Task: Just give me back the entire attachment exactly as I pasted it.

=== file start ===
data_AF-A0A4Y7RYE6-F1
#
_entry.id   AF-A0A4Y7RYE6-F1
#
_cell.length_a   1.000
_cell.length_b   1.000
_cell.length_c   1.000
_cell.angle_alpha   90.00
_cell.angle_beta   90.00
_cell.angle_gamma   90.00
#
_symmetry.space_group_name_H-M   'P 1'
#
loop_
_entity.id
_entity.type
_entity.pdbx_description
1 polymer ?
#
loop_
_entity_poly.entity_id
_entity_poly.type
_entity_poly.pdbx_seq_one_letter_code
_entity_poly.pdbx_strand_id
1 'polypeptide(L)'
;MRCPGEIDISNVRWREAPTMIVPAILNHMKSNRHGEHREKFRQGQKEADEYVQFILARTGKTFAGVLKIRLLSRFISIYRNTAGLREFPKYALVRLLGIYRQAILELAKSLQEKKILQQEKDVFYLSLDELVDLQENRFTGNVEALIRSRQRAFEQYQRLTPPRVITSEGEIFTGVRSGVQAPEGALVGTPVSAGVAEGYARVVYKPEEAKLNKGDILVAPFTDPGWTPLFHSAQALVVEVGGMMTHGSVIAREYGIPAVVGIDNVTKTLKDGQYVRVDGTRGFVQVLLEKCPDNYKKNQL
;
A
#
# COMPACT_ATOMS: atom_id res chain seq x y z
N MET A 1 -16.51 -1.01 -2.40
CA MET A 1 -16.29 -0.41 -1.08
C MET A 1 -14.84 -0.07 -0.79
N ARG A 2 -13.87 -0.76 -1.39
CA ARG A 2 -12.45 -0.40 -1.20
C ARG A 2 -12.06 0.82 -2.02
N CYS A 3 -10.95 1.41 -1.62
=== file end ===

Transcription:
data_AF-A0A4Y7RYE6-F1
#
_entry.id   AF-A0A4Y7RYE6-F1
#
_cell.length_a   1.000
_cell.length_b   1.000
_cell.length_c   1.000
_cell.angle_alpha   90.00
_cell.angle_beta   90.00
_cell.angle_gamma   90.00
#
_symmetry.space_group_name_H-M   'P 1'
#
loop_
_entity.id
_entity.type
_entity.pdbx_description
1 polymer ?
#
loop_
_entity_poly.entity_id
_entity_poly.type
_entity_poly.pdbx_seq_one_letter_code
_entity_poly.pdbx_strand_id
1 'polypeptide(L)'
;MRCPGEIDISNVRWREAPTMIVPAILNHMKSNRHGEHREKFRQGQKEADEYVQFILARTGKTFAGVLKIRLLSRFISIYRNTAGLREFPKYALVRLLGIYRQAILELAKSLQEKKILQQEKDVFYLSLDELVDLQENRFTGNVEALIRSRQRAFEQYQRLTPPRVITSEGEIFTGVRSGVQAPEGALVGTPVSAGVAEGYARVVYKPEEAKLNKGDILVAPFTDPGWTPLFHSAQALVVEVGGMMTHGSVIAREYGIPAVVGIDNVTKTLKDGQYVRVDGTRGFVQVLLEKCPDNYKKNQL
;
A
#
# COMPACT_ATOMS: atom_id res chain seq x y z
N MET A 1 -16.51 -1.01 -2.40
CA MET A 1 -16.29 -0.41 -1.08
C MET A 1 -14.84 -0.07 -0.79
N ARG A 2 -13.87 -0.76 -1.39
CA ARG A 2 -12.45 -0.40 -1.20
C ARG A 2 -12.06 0.82 -2.02
N CYS A 3 -10.95 1.41 -1.62